Fueled by technologies developed at Oak Ridge National Laboratory, the Perseverance rover is exploring Mars, assessing the planet’s habitability and looking for signs of microbial life.
Plutonium-238 — encased in iridium-alloy cladding and insulated by carbon-bonded carbon fiber — is at the heart of the general purpose heat source module that fuels Perseverance’s multi-mission radioisotope thermoelectric generator. As the material decays, the heat released is converted to electricity, charging the rover’s batteries and powering the onboard advanced imaging and sensor systems.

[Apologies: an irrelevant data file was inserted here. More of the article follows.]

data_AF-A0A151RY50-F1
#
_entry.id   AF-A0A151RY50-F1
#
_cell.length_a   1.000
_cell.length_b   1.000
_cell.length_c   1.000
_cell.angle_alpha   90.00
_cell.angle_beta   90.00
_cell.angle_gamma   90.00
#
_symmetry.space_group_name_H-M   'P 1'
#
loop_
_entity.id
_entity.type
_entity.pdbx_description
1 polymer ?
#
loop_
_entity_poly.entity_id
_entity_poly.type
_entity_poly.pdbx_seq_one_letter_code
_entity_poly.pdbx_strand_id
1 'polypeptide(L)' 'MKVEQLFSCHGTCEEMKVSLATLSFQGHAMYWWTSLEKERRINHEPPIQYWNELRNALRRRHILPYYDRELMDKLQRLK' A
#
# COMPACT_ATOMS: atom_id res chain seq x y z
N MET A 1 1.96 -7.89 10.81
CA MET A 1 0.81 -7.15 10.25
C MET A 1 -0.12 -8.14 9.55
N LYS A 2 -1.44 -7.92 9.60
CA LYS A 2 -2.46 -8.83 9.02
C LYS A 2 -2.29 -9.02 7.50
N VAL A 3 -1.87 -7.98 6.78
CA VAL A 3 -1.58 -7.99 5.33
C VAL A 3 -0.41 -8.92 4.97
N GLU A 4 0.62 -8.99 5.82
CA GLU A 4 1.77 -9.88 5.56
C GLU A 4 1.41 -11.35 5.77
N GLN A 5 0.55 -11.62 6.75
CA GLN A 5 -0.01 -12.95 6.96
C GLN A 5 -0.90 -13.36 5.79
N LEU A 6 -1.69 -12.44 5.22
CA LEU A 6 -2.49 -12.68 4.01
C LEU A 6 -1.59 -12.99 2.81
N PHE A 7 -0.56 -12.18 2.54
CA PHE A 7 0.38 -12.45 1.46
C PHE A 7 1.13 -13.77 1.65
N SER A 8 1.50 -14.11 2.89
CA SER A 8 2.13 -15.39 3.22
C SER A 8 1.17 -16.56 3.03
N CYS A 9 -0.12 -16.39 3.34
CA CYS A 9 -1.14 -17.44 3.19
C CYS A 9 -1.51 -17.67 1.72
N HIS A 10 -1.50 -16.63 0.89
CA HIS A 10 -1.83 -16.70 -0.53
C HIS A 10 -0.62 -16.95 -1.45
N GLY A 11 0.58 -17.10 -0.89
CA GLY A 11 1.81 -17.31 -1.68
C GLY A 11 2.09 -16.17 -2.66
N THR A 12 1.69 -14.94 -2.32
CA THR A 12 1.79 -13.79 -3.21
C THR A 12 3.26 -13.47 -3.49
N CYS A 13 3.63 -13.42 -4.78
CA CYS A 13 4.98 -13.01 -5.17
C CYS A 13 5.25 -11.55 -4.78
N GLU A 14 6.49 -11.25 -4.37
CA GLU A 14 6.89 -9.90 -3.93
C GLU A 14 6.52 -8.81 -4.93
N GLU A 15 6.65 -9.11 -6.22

NASA’s Mars 2020 mission launched from Cape Canaveral, Florida, on July 30, 2020. After a seven-month journey to the Red Planet, the Perseverance rover landed in Jezero Crater on February 18, 2021.
The mission continues a 50-year legacy of the lab’s contributions to deep-space exploration, including technologies for the Voyager I and II, Cassini, and Mars Curiosity missions. ORNL-produced Pu-238 also will power NASA’s 2027 Dragonfly mission to explore Titan, Saturn’s largest moon.